Aperol. Yes, I'm picking Aperol over Campari -- even though I can buy Campari locally but have to mail-order Aperol. The reason is pretty simple -- although Aperol works in every Campari drink (which is not to say it's always an improvement, but an Aperol Negroni, for instance, is a perfectly good drink), Campari doesn't really work in Aperol drinks like the Shaddock or the 2 to 2. Aperol is fantastic in combination with genever, for instance, leaving visible malty notes that Campari would overwhelm.  So picking Aperol here simply gives me more options.

Punt e Mes. My vermouth of choice, though I know it barely counts as a vermouth.

Absinthe. There are only a handful of absinthe drinks that I drink with any regularity, but a bar in which I cannot make a Sazerac is no bar at all.

Angostura bitters. The best go-to bitters, though Fee's whiskey-barrel-aged -- which is actually what I have in stock right now -- are a good substitute.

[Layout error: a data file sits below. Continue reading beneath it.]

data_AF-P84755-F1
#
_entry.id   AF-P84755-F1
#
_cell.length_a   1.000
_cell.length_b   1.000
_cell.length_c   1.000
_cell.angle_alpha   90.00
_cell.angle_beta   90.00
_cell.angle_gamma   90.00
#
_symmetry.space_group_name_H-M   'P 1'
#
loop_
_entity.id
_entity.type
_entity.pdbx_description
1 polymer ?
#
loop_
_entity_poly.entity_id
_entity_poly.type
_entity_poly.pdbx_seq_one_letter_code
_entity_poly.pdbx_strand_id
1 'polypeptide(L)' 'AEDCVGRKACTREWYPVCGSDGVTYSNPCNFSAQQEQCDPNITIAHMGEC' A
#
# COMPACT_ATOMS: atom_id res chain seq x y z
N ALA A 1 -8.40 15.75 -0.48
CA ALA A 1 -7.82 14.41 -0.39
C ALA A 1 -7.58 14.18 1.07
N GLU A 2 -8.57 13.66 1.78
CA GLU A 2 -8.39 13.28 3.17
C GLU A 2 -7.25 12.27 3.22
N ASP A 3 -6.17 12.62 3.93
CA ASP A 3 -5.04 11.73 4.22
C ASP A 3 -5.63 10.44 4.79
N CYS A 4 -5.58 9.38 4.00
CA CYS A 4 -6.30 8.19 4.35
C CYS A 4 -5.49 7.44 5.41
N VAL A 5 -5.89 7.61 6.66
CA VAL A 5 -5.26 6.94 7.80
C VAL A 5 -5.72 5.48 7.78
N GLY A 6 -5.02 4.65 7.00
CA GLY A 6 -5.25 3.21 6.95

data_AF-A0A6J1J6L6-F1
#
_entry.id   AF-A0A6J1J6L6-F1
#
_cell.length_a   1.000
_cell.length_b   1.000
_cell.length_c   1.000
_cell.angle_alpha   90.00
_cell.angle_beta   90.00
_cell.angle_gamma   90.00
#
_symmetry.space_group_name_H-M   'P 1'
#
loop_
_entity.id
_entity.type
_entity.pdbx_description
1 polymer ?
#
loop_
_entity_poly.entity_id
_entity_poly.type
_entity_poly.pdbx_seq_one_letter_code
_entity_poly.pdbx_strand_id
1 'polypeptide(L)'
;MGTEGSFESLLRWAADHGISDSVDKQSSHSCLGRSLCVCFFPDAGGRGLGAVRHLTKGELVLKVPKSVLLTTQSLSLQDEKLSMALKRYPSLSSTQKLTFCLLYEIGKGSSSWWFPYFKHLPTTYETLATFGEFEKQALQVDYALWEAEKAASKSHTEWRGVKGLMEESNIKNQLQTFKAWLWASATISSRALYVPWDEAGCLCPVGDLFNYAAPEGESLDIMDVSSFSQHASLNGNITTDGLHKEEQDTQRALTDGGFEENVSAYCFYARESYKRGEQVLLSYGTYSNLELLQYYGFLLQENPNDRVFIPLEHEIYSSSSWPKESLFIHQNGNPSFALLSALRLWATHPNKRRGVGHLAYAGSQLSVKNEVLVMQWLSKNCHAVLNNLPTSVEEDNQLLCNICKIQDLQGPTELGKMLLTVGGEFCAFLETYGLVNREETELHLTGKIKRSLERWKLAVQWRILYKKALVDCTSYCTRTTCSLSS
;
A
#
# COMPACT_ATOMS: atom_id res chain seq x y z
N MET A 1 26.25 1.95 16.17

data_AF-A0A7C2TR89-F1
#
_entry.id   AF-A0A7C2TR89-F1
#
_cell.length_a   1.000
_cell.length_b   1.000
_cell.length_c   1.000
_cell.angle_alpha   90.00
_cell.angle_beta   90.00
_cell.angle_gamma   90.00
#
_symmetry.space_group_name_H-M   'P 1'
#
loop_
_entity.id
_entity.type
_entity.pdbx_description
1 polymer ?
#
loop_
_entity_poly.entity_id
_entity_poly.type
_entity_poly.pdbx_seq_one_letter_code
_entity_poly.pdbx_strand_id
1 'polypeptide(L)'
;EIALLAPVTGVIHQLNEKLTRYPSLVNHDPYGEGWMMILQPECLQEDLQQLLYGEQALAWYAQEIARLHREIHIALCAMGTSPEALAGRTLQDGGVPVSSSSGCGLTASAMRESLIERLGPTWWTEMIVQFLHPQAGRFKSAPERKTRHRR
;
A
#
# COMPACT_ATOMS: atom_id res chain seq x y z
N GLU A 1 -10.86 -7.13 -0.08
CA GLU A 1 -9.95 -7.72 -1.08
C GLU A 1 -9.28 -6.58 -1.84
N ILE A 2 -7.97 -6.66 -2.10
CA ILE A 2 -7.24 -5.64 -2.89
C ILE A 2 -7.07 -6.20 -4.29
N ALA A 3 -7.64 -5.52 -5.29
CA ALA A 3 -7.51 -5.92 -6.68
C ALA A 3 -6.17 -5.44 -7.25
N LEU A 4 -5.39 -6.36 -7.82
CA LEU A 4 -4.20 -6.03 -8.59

Peychaud's bitters. Less versatile than Angostura, but necessary to make a Sazerac, and good in Trinidad Sour type drinks.

Highlights of drinks you can make with this bar: Old-Fashioneds or Sours with four different base liquors, Sazerac, Punt e Mes Bulleit Manhattan, Aviation, Daiquiri, Aperol Negroni and Boulevardier, modified Shaddock (normally equal parts genever, Aperol, St Germain, and lemon, you would need to double the Aperol or sub Maraschino for the St Germain), various drinks made on the Trinidad Sour template, 2 to 2 (1.5 oz Aperol, 1 oz absinthe, 1 oz lemon, 1/4 oz simple, bitters). (While we're modifying the Shaddock, I actually usually make it with 2 parts genever, 1 part each of the other elements, so our 10-bottle Modified Shaddock would be 1 oz genever, 1 oz Aperol, 1/2 oz lemon juice, which I suspect is a terrific drink.)